<br /> Lee Letter: a076

Washington and Lee University

Sender: Robert E. Lee
Recipient: Mary Anna Randolph Custis Lee

I have recd dearest Mary your two letters, April 20th & April 28th. I wish they had given me more cheering news of your health, but I am thankful that you are able to enjoy the society of your friends & are so sensible of the great mercy of God, in drawing to him the hearts of our children. That ought to reconcile us to all the discomforts & afflictions with which we are troubled. I was much pleased to hear Bishop Johns account of them & am much interested in all you tell me of them. The commendation bestowed on them by their teachers is very grateful to me. I pray they may continue to deserve the praises lavished on them, & shew by their conduct the sincerity of their devotion to their Heavenly father. By this time Winter must have passed from you, & I hope Spring has brought some relief to your complaint. You must not be discouraged or let hope depart from you. All you can do is to try those remedies which our own reason & the experience of others, teach us should bring relief. I by no means despair of your perfect recovery & trust that prudence skill & judgment may yet accomplish it. I hope much from the waters of Bath & your trip this Summer & wish you to take advantage of the earliest opportunity to test them. You have never told me what arrangements you have made for going there, or who you will take with you. You had better take Mary & Rob at any rate. Mary can aid you indoors & Robt attend to all external matters, get your tickets, see to your baggage & pay your bills. I suppose you will go by the cars & I hope you will write before hand & engage your rooms. You must not let the expense deter you from making every arrangement for your comfort & for the preservation & recovery of your health. I will send to Fitzhugh in August his first quarters allowance to enable him to return to Cambridge, if he desires to return & graduate, & will also send you funds with which to place Rob at school. I will direct both letters to Arlington. I can also pay off any arrearages that may be due by Anne & Agnes. You can therefore if necessary use all the July dividends & coupons, which ought to amount to about $2000. I do not know that I understand your meaning about the coupons in Bank to your order. I cut off all the coupons due in 1856 & 1857, two years. You have drawn those for 1856. Consequently you have yet to draw those due 1 July 1857 & 31st Decr 1857 (of 1st Jan ’58) The package deposited in the Br Farmers Bank Alexa in my name, contains the Bonds &c with the coupons due July 1858, & will not be wanted before then. I had hoped to have returned by that time, & I presume Mr Marbury will not deliver them except to me or upon my order. That package also contains the certificates of the Bank stock in my name as trustee for my sisters Anne & Mildred, & it has occurred to me that the Banks in Richmond may require the certificates of Mildreds share before they will transfer it to her heirs. I will therefore enclose an order for the package to you, & should you not have left arlington & are well enough to ride to Alexa I wish you would get the package from Mr Marbury, & take it to Cousin Annas or some friends & take out the certificates of Mildreds stock in the Farmers Bank of Virga, & the Bank of Virginia. 72 shares in the former bank, & 28 shares in the latter & retain them, or leave them in bank to your order, till required. Cousin Anna if in town can explain it to you. I wish the package afterwards resealed, with your fathers, or Cousin Annas seal, & restored to the Bank as before. All the documents in the package or box are endorsed, so that you can read each as you take them out until you come to the right one. Be careful you do not take out Annes which I think is with Mildreds. I will write to Childe that he can get the certificates from you if or when required. I regret dear Mary to give you all this trouble in your crippled state, but you can get any friend, John Goldsborough, Nelson Lloyd, or Mr Daingerfield to act for you, if you cannot attend to it, or Cousin Anna should she be in Alexa.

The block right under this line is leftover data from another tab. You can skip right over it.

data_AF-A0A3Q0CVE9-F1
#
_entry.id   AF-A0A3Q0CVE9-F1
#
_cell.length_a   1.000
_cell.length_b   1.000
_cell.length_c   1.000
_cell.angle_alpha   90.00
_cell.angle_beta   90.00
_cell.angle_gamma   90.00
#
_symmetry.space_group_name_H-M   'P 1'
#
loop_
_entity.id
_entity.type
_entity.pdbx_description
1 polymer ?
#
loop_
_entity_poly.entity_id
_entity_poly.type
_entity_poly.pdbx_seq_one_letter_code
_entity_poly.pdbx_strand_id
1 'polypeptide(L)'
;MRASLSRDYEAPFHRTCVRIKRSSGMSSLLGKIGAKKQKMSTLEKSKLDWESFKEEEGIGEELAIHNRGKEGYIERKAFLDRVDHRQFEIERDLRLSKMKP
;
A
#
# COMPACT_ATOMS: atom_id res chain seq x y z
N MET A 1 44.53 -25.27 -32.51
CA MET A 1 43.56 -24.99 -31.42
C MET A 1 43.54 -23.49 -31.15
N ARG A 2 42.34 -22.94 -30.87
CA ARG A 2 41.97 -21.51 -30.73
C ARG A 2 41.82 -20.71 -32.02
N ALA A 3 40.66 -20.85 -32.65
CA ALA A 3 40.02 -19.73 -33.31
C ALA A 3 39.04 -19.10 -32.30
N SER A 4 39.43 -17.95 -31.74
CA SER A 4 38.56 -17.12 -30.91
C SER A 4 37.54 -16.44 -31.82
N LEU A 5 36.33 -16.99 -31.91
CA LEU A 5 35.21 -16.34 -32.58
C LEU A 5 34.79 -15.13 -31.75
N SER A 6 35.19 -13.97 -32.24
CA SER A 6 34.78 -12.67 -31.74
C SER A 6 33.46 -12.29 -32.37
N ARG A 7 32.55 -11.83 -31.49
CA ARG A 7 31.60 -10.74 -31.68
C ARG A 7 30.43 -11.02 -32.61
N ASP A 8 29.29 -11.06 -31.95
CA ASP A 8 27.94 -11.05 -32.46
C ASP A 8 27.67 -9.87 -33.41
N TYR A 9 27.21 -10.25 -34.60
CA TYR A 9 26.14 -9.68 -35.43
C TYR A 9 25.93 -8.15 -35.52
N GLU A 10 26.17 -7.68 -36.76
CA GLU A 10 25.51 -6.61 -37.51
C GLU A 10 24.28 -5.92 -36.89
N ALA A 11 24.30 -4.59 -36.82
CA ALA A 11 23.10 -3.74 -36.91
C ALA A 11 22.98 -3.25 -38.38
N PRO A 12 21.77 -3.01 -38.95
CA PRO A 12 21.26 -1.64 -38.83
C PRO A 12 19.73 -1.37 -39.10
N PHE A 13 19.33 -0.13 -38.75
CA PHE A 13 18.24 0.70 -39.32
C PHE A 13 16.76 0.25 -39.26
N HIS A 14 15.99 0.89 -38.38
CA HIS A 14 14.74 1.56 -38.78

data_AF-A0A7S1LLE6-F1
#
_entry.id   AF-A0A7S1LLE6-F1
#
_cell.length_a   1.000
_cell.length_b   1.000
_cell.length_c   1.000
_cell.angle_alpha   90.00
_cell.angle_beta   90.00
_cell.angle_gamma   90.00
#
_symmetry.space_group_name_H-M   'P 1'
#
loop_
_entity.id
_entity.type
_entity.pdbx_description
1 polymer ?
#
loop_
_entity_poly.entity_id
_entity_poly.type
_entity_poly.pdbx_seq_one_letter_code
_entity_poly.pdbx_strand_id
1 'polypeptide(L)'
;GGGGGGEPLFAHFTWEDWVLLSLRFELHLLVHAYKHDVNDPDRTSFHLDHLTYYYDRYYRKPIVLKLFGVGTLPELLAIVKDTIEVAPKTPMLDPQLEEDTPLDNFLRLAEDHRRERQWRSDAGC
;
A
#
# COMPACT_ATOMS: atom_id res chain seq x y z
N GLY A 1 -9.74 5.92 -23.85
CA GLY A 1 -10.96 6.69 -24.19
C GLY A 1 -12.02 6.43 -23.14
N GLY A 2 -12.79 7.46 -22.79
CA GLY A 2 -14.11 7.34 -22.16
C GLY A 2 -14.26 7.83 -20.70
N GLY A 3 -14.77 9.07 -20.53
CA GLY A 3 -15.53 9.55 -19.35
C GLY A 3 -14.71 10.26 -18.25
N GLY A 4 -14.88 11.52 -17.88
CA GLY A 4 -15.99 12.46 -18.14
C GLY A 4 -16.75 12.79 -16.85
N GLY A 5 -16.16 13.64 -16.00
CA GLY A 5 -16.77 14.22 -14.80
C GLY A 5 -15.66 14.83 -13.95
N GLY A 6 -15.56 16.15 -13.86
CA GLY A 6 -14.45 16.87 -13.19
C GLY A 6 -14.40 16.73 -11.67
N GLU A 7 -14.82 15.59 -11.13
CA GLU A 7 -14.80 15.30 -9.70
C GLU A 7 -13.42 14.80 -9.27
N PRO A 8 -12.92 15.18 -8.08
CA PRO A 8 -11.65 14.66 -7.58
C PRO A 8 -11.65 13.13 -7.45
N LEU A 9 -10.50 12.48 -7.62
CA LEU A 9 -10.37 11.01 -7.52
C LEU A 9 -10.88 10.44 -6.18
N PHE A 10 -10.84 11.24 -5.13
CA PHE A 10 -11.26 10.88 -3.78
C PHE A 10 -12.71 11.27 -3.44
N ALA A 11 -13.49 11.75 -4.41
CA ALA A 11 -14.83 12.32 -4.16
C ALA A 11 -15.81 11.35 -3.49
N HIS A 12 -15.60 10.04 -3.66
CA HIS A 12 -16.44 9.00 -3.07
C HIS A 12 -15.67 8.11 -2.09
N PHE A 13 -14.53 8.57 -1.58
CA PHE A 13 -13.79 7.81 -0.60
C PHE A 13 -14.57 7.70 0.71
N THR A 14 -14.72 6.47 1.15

I am delighted with Mary Childes letter to you, which you enclosed me. She must be a dear sweet little creature, & I want to see her more than ever. I hope you will be well enough to be much with her & to enjoy her company. I presume she will have left before this reaches you, & I need therefore send no message. I have also heard from Rooney. He seems to be well & writes hopefully & cheerfully. Says his course this year is very interesting & that he is reading french & Spanish. I hope he is acquiring wisdom, & pray that he may be kept from all sin & harm. He mentioned nothing to me of his fall, & I am truly thankful that he has excaped serious injury. I am glad to hear that Mr Winston promises well. I fear nothing will ever be made out of Mr Nelson. What did the good Bishop say of him? I am very glad to hear that Cousin Brit is so well. She must look as pretty as ever again but I suppose her old cousin has grown so aged that she will never let him kiss her any more. He is a forlorn looking creature I can assure her. Give much love to your father. I sympathize in all his annoyances. I think Levi has treated him very badly. But hope things will mend in time. Things cannot last so always. You must also give a great deal of love to Markie, all the children, brother Childe & Marie, if with you. I hope Mary will have returned to Arlington by the time of her Uncle Childes & cousins visit, or it will appear as if she did not want to see them. Edward I presume must have returned from Cuba by this time. I have been obliged to write in much haste.

Truly & affy yours

R E Lee


Ely-DeButts PapersLibrary of Congress

Transcribed in Francis Raymond Adams, Jr., An Annotated Edition of the Personal Letters of Robert E. Lee, April, 1855 – April, 1861, pp. 346 – 50.